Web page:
On December 18th 2019, the U.S. Securities and Exchange Commission (SEC) announced that it has settled charges with Blockchain of Things (BCOT). Several months after the SEC published its DAO Report, BCOT raised almost $13 million through an Initial Coin Offering (ICO), which the SEC deemed an alleged unregistered securities offering.
The SEC’s Charges Alleging BCOT’s $12 Unregistered Securities Offering
From December 2017 to April 2018, BCOT sold tokens to 69 investors, raising a total of $600,000. The offering was solicited as a ‘pre-sale’ and all 69 individuals were U.S. persons.
From January to May 2018, BCOT utilized four ‘resellers’ which exclusively sold BCOT tokens in countries outside the United States. The foreign countries were selected due to a lack of resale restrictions when reselling the BCOT tokens which were originally sold to U.S. investors, according to the SEC.
The offering, says the SEC, was a securities offering. Yet it failed to comply with the registration requirements that come along with such an offering. According to Carolyn M. Welshhans, Associate Director from the SEC’s enforcement division,
“BCOT did not provide ICO investors with the information they were entitled to receive in connection with a securities offering. We will continue to consider appropriate remedies, such as those in today’s order, to provide investors with compensation and required information and to provide companies who conducted unregistered offerings with an opportunity to move forward in compliance with the federal securities laws.”
The SEC announced Wednesday that it has settled charges with BCOT. The terms of agreement include a $250,000 penalty, a cease and desist which prevents BCOT from committing any further violations of registration requirements per federal securities laws, and refunding investors. In accepting the terms of the settlement, BCOT neither affirmed nor denied the allegations.
Any investors who purchased tokens during the ICO and request a return must be refunded. BCOT is obligated to make an effort in notifying investors both on an individual basis and through its website with instructions for filing a claim.
BCOT intended to develop a platform where third-party developers could build applications for blockchain-based assets. According to the company’s whitepaper, functions of the platform were said to be digital asset generation and transfer.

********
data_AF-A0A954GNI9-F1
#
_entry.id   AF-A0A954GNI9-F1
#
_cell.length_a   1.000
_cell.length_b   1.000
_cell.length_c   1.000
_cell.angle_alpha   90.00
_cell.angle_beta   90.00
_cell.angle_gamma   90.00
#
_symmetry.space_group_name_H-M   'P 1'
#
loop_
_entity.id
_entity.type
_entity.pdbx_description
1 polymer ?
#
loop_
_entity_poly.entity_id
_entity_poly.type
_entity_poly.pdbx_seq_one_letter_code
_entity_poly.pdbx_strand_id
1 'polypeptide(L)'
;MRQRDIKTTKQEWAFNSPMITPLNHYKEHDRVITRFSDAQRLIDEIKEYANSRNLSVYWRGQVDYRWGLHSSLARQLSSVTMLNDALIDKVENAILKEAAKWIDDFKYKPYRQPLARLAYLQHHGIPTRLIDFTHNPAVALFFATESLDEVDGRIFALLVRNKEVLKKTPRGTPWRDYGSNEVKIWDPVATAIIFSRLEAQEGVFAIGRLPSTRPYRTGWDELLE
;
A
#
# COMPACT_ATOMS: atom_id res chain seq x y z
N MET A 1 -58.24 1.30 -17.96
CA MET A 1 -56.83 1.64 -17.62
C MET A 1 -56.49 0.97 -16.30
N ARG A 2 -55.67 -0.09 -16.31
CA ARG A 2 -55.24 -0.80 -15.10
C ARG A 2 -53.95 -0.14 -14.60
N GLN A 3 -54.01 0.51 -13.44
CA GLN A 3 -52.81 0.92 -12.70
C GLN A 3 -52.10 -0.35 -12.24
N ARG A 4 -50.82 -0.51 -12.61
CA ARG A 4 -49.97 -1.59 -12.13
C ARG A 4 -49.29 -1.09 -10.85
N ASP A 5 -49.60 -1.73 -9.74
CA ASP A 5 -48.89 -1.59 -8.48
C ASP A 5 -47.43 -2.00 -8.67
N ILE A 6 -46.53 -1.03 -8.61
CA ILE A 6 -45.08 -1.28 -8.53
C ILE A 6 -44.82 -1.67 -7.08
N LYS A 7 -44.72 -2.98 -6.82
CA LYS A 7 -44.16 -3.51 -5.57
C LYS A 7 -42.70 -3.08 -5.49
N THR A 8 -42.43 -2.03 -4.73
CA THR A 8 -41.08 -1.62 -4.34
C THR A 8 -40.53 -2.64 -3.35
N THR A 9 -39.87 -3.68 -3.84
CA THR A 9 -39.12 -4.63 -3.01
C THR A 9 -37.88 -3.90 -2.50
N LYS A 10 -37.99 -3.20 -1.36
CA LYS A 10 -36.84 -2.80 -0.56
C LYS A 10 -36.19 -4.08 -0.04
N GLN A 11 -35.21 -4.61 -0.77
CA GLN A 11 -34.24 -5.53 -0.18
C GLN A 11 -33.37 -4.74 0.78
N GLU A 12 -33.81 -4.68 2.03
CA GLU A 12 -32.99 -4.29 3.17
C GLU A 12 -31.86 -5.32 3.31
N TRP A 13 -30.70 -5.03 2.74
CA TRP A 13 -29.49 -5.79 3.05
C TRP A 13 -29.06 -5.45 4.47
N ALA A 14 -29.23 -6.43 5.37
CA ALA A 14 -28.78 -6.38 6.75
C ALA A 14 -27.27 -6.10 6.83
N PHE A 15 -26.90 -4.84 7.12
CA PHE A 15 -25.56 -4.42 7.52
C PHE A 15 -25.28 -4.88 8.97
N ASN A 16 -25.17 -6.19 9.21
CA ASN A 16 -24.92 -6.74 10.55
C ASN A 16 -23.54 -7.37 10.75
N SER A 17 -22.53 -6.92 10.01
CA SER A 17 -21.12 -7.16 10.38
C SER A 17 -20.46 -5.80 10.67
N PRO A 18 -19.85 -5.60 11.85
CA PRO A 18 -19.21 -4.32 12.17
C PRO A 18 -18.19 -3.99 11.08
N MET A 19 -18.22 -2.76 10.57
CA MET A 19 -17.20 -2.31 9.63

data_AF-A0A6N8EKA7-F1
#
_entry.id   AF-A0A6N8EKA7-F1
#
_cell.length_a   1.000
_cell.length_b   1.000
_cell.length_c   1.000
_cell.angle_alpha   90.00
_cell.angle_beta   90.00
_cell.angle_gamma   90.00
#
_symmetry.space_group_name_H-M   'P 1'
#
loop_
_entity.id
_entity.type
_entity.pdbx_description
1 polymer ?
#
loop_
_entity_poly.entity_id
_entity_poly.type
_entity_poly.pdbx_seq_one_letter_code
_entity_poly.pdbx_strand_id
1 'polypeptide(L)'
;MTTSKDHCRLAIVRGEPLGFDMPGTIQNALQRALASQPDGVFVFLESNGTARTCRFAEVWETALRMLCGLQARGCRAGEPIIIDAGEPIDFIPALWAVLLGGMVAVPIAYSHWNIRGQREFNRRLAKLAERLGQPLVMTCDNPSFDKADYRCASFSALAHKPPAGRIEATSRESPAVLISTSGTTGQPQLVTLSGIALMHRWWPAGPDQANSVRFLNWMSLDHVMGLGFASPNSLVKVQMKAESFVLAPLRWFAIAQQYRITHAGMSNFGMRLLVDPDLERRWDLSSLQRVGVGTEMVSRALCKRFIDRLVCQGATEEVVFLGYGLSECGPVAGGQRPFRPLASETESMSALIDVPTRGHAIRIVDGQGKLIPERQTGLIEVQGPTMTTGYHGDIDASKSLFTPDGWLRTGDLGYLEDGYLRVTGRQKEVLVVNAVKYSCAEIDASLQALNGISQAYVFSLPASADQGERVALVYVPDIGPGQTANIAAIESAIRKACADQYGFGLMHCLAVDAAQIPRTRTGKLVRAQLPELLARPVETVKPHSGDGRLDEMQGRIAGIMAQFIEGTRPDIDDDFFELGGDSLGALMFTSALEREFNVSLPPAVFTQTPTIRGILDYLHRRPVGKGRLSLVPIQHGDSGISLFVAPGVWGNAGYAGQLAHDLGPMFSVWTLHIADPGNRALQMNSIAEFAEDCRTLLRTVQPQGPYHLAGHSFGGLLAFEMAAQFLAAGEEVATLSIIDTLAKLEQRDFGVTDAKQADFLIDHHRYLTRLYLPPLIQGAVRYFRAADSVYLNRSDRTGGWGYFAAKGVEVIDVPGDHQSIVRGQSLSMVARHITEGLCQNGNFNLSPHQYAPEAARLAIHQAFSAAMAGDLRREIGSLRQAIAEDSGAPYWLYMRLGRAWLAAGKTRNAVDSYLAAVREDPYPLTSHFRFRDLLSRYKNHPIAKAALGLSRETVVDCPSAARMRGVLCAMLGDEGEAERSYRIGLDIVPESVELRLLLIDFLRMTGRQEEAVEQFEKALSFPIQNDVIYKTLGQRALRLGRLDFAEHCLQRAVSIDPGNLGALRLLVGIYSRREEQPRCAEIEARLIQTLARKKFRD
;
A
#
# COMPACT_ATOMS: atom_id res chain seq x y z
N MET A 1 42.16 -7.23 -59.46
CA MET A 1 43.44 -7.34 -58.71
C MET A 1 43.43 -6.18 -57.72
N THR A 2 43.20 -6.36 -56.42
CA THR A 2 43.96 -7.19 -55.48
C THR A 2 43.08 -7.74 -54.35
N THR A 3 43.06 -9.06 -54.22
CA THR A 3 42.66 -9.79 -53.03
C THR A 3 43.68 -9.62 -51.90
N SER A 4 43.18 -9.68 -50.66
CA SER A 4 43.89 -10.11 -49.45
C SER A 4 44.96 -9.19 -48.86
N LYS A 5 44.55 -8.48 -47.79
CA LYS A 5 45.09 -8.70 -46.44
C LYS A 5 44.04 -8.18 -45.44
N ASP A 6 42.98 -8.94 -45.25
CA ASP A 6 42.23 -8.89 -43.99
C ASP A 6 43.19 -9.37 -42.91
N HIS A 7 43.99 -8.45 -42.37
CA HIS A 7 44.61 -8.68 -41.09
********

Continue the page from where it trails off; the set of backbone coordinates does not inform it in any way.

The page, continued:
The SEC, Unregistered Securities Offerings, and ICOs
BCOT’s ICO came several months after the SEC’s DAO report — which was made publicly available in July of 2019. The DAO warned that ICOs were dangerously similar to securities offerings, and was largely considered a warning to the industry.
BCOT went on to ignore such a warning, raising nearly $13 million. Tokens were distributed in March 2019, more than 1.5 years after the DAO.
SEC Chairman Jay Clayton has said himself that nearly every ICO he has seen, is constitutive of a securities offering. Yet many companies continued to launch ICOs, even after the DAO was published.
The SEC has shown increased enforcement in the digital asset realm, without any signs of slowing down. Earlier this month, the SEC charged Shopin’s $42M ICO as an unregistered securities offering. The commission even halted Telegram’s high-profile ICO, which previously raised nearly $2 billion.
Out of a concern for regulatory compliance, companies are now leaving the ICO behind and turning to the Security Token Offering (STO) as a viable alternative. The STO incorporates the benefits of Distributed Ledger Technology (DLT) while acknowledging that it is indeed a securities offering. It therefore must feature regulatory compliance with its appropriate securities regulator.
What do you think about Blockchain of Thing’s settlement with the SEC? We want to know what you think in the comments section below.
Image courtesy of the SEC.